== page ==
For the main courses, Karen and I split the skillet fried chicken and the maple syrup braised beef short rib. The fried chicken is one of the house specialties and requires 30 minutes of prep time. The chicken was excellent - its crunchy coating was packed with flavor (highlighted with cumin, if I'm not mistaken) and sealed in the juices, resulting in a savory and moist entrée that's well worth the wait. The side of truffled mashed potatoes with pan gravy was tasty as well, but it is the chicken that is the highlight of this dish. With three pieces of chicken per order, there is plenty of goodness to share. Our other main course was delicious as well. Our order of short rib had only a small sliver of bone, which meant that we were able to enjoy a generous portion of tender beef between the two of us. I don't normally associate sweet flavors with beef, but it definitely worked in this dish, in marked contrast to the braised pork belly. The sides of mashed potatoes and braised greens were good, but it was the short rib that was the headliner on this dish. We liked both of our selections quite a bit, but if there was a small complaint, it was that both of these dishes came out to us a bit on the cool side. The plates were each very hot, but the food itself was less so. Nevertheless, the chicken and beef were very good, despite cooling off quickly. We just chalked it up to newness of the restaurant; hopefully, they'll be able to work out the kinks quickly.

The service at 1300 on Fillmore was impeccable. Our server, Annette, was very friendly and attentive to our needs, as were the bussers who kept our water glasses from going empty all evening long. Since it was a bit slow that evening, Annette stopped by our table frequently, not only checking to make sure that everything was going well, but also chatting with us about the restaurant when we expressed interest. Both Chef Lawrence and his wife paid a visit to our table in order to welcome us to their new venue as well as to pass along birthday wishes, which I thought was quite nice. At the end of our meal, Annette brought us an order of chocolate-filled beignets, on the house, topped off with a birthday candle. The freshly made beignets were accompanied by chocolate and vanilla dipping sauces - they were a delicious end to a very nice meal.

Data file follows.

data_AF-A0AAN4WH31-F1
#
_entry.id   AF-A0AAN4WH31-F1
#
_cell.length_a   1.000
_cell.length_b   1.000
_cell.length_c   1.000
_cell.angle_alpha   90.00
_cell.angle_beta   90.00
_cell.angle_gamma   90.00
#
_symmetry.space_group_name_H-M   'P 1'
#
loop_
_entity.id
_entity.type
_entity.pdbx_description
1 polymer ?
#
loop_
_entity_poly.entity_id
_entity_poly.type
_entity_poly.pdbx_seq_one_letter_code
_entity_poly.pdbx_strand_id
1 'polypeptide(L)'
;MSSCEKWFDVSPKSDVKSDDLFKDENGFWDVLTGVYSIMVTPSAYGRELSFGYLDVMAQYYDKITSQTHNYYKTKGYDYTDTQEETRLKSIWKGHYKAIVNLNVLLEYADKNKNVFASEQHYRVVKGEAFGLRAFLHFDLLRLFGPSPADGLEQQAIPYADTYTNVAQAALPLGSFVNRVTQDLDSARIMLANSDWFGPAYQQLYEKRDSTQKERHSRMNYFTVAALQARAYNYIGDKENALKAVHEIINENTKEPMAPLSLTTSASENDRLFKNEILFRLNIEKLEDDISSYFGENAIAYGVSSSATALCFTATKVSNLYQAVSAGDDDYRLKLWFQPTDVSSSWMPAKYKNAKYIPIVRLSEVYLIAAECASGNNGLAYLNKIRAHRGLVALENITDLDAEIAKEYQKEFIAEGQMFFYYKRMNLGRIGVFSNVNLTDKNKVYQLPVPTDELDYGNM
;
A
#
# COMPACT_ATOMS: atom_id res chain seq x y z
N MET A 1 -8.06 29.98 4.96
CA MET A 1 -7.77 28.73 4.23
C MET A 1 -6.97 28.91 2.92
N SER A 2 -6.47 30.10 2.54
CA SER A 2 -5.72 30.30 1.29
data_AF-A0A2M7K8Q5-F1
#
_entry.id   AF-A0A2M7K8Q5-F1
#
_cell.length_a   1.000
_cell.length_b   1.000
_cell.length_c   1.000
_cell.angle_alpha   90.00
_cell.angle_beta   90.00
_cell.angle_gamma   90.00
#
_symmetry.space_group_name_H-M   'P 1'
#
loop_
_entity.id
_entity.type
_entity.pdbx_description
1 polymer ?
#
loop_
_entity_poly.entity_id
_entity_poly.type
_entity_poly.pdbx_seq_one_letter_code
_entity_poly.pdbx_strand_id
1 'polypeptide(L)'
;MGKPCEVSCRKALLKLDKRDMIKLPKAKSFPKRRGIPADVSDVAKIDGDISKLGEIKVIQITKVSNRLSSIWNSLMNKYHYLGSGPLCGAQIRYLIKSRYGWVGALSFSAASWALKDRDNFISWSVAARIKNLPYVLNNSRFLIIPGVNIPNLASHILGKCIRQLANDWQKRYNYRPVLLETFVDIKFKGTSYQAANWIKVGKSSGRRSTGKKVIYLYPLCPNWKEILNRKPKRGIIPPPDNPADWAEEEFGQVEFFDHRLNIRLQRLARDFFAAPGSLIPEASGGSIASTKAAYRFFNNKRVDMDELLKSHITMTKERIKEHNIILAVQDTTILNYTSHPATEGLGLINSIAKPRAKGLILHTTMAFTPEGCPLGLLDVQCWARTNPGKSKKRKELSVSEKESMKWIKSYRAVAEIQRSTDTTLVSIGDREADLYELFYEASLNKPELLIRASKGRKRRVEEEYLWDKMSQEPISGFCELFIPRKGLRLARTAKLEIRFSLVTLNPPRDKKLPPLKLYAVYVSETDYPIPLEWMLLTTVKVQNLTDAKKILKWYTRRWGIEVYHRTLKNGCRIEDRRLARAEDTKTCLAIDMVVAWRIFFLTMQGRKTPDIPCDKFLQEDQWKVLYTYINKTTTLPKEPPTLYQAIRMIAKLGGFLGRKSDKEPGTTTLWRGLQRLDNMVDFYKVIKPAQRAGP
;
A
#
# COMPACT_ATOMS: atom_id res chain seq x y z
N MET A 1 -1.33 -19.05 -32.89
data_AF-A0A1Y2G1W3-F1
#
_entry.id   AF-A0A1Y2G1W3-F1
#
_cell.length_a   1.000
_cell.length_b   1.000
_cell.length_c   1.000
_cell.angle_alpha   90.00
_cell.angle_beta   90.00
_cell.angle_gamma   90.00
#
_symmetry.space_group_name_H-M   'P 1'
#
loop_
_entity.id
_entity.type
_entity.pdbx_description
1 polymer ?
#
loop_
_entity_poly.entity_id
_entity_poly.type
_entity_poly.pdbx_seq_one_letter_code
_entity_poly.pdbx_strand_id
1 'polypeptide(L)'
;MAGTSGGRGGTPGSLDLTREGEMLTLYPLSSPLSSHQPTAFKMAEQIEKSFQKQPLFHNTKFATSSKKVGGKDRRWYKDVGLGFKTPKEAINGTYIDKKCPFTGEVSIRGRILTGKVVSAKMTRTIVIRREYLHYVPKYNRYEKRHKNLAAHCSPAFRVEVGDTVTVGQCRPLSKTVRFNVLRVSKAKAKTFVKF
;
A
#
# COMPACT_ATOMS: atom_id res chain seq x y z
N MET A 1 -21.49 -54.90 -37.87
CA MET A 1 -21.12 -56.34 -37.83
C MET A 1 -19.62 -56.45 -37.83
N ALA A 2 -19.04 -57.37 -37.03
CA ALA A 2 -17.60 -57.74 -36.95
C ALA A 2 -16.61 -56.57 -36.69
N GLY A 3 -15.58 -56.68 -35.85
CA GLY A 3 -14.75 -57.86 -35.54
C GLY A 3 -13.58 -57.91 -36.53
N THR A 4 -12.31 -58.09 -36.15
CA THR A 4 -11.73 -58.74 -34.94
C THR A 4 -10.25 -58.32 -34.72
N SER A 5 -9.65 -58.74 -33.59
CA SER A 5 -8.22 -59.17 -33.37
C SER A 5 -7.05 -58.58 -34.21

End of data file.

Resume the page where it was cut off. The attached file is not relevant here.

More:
While it was a bit slow during our visit, I suspect that soon it might be difficult to land a reservation there, especially on weekends. During our dinner, a large party came in to the semi-private 22-person party room, located just off the main dining area. Apparently, they had already been receiving some requests for that party room, even though they had not yet started taking reservations officially at that point in time. Once Yoshi's opens, I think that they'll be getting a lot of the spillover traffic from its next-door neighbor, especially since they will be serving dinner until 11pm and a lounge menu until 1am. They have also applied for permits so that they can host live jazz entertainment, which will be quite nice once they start up their weekend brunch. We plan to pay them a visit again soon.

2 comments:

Cagey said...

Great review - I am a blogger for FoodieBytes.com and I will definitely make sure this restaurant is added. Interestingly though, it seems the food is more cajun in nature/flavor than just "southern".

Dammit - now I am craving a beignet. Thanks a lot!

Loren said...

Hi Cagey,

Glad to hear that you liked the post! You make an interesting observation about their cuisine. Perhaps the French influence combined with the Southern cooking comes across as a Cajun in style.

The beignets there were *good*. I definitely recommend giving them a try!